Scientists said they do not expect the tsunami to affect the west coast of North America.

[Updated at 6:47 p.m.] The temblor struck 145 miles off the coast of northern Sumatra, Indonesia, at a depth of 28.6 miles, the U.S. Geological Survey reported.

A "destructive widespread tsunami" is not expected, the Pacific Tsunami Warning Center said, but a local tsunami could affect coastal areas near the quake's epicenter.

[Updated at 6:41 p.m.] A local tsunami watch has been issued for Indonesia and surrounding areas.

[Posted at 6:35 p.m.] A 7.8-magnitude earthquake struck northern Sumatra, Indonesia, early Wednesday according to the U. S. Geological Survey.

- CNN's Augie Martin and Andy Saputra contributed to this report.

soundoff (223 Responses)
  1. George McGrath

    It's the solar flares. They are getting bigger and stronger. By 2012 they will be really strong that it will cause huge earthquakes, tsunamis, hurricanes, killing most of the humans. Nothing we can do about it.

    April 6, 2010 at 9:36 pm | Report abuse |
  2. ticrak1

    I am not a huge believer of 2012 but i wouldn't call them crazy. With all this happening 2012 should be taken into consideration. The world seems to be going through some mega changes lately. My god what is next?

    April 6, 2010 at 9:49 pm | Report abuse |
  3. Mark

    Wow! That woke me up. I'm in Medan, Indonesia. I was actually supposed to be in Acheh today. No power outage or interruption here.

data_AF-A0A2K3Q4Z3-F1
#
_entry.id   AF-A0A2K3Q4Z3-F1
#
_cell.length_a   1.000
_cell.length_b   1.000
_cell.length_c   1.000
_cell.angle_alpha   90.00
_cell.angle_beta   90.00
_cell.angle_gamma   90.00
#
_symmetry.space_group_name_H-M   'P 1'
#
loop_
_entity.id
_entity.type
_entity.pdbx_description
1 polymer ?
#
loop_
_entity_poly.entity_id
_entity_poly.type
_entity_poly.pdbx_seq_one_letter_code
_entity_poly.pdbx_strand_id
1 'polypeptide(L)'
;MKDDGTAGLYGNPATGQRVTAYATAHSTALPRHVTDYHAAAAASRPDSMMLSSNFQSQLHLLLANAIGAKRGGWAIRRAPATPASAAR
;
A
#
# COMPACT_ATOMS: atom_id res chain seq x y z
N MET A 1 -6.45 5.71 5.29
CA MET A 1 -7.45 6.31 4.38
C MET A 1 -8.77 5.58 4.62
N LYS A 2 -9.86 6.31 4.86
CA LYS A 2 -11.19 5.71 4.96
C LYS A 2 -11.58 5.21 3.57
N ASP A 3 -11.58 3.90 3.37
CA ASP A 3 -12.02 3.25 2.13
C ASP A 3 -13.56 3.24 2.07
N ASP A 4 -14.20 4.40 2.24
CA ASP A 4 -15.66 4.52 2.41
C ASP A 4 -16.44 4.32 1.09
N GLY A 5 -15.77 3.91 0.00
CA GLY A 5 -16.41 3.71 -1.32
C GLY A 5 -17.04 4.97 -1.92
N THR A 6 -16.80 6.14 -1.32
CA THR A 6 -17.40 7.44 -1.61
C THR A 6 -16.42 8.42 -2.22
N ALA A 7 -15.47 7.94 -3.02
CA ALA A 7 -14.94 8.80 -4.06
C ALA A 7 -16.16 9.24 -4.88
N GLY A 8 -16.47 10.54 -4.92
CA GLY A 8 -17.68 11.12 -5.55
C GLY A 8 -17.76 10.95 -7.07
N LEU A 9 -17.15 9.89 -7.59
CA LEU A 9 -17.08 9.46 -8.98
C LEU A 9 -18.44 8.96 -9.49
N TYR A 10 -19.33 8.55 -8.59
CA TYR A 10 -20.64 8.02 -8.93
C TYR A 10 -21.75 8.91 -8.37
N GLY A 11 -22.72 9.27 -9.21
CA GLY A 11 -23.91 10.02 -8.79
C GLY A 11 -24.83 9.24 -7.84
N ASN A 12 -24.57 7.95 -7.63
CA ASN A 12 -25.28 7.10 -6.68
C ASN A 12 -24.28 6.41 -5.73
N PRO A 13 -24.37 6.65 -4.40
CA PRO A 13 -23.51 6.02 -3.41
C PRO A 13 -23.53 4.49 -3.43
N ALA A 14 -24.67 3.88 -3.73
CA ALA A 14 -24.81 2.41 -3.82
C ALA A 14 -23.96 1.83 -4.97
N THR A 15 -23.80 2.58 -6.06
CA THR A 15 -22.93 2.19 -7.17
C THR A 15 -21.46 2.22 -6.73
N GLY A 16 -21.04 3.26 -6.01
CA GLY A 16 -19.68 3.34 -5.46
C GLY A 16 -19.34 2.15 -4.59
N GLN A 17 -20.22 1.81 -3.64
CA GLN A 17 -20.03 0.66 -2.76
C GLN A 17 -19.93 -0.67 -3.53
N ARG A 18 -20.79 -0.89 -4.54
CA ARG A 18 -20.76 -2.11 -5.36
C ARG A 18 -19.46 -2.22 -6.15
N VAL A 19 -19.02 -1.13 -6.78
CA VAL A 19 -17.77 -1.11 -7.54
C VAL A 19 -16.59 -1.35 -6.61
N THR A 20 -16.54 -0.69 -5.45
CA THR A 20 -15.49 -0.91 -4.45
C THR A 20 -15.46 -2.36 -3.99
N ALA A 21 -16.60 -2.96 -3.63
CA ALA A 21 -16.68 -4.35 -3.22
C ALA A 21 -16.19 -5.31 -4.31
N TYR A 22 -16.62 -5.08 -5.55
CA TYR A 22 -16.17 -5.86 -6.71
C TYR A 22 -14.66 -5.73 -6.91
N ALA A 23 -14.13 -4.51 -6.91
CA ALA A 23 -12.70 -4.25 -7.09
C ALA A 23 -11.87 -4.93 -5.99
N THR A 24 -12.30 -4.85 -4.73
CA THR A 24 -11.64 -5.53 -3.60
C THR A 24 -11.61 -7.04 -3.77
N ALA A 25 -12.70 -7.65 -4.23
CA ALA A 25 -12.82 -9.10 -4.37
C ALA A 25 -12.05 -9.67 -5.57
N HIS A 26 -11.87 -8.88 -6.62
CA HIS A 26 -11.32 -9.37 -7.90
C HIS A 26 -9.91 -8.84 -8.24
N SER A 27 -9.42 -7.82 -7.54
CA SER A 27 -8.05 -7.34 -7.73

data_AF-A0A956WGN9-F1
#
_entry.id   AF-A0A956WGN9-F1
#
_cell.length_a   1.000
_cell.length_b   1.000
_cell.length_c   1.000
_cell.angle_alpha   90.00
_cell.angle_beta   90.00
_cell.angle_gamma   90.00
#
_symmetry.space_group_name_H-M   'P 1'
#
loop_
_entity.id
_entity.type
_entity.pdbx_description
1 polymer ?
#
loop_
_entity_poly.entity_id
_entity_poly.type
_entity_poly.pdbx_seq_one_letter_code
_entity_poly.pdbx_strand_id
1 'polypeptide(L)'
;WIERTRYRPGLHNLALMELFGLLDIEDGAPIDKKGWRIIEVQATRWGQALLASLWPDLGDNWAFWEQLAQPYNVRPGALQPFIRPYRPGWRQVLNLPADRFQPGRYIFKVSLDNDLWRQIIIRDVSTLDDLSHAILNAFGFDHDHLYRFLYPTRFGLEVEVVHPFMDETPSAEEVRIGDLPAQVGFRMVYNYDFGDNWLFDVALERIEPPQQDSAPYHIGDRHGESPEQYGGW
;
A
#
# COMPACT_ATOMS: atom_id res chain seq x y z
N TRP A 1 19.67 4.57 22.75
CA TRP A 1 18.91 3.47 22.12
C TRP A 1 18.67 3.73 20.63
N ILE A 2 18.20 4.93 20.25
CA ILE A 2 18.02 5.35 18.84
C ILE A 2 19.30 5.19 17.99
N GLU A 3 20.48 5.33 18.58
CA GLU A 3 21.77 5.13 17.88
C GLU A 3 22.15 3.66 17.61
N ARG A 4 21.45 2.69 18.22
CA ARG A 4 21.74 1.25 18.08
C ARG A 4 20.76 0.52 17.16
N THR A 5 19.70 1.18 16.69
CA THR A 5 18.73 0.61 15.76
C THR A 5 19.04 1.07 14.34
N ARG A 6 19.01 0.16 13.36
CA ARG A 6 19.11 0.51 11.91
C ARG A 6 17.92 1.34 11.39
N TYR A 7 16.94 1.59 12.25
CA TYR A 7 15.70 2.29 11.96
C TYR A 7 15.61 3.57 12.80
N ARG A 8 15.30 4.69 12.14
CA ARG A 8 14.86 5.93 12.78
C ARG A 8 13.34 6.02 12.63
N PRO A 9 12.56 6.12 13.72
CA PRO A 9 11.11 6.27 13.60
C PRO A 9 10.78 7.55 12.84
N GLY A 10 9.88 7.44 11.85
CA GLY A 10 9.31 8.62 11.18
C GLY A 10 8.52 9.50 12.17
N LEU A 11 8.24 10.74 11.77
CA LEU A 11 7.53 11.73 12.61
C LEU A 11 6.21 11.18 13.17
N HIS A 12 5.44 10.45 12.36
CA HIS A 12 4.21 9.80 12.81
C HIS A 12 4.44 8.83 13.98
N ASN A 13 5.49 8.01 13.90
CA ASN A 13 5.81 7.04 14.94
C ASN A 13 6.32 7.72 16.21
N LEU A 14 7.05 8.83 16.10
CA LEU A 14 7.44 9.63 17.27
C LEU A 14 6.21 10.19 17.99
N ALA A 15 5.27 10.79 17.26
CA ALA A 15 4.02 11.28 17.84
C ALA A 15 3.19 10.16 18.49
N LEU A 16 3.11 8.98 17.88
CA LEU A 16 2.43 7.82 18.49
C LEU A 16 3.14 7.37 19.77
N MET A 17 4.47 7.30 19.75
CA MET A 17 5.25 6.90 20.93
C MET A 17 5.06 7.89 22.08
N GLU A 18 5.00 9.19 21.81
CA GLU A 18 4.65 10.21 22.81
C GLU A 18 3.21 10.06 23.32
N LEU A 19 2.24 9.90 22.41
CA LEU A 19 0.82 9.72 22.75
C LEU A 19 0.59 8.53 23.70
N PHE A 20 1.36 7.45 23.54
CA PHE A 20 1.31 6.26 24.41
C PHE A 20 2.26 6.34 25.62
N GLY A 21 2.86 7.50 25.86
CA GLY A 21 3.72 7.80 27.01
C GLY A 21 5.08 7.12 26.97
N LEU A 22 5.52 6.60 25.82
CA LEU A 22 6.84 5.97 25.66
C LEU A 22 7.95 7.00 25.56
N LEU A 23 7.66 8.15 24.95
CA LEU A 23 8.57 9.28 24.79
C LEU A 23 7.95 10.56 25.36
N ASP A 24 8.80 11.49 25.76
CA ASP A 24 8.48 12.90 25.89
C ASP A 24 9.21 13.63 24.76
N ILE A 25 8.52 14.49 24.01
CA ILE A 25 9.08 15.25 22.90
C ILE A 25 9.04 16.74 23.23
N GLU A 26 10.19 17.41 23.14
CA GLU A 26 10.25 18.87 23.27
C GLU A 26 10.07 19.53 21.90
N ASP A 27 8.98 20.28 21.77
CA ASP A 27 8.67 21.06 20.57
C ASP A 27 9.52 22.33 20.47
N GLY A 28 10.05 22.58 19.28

April 6, 2010 at 9:53 pm | Report abuse |
  4. foil

    nothing to worry about...when the 200 pound hailstones start falling, then you better worry.

    April 6, 2010 at 9:54 pm | Report abuse |
  5. bren

    there's been quite a few earth quakes lately and not small ones, they've been quite big, its kinda scary, now its getting to the point where it seems like there's one every few days or weeks, thats crazy and they say a major quake could hit california anytime, well i hope everyone is okay cause those people have already had to deal with so much during the last earthquake and tsunami

    April 6, 2010 at 10:13 pm | Report abuse |
  6. Travis

    There are always earthquakes like this, we're just having a cluster. We used to call them "swarms". The ring of fire has been calm for awhile now- it is just blowing off some steam and things are unsettled.

    Of course,. every time there is an earthquake cluster the goddites come out and blame it on the coming of Jebus, this is nothing new.

    April 6, 2010 at 10:58 pm | Report abuse |
  7. Dan

    Why did Wolf Blitzer interview CNN's meteorologist? That's like going to a podiatrist for a migraine.

    The number of earthquakes is actually fairly normal. On average, there are 17 magnitude 7.0-7.9 earthquakes and this year there have been 5 so far. The Haiti earthquake was quite small (a 7.0), but Haiti is the poorest and probably most overpopulated country in the Western hemisphere, so the damage and loss of life was extensive. There were similar earthquakes to Haiti's in the Solomon Islands and Japan this year and neither made international headlines. The earthquake in Chili was very large, but there is, on average, one magnitude 8.0 or higher earthquake per year. Statistically, there is a slightly higher risk of an earthquake on adjacent faults, so Californians probably should be prepared as best as they can.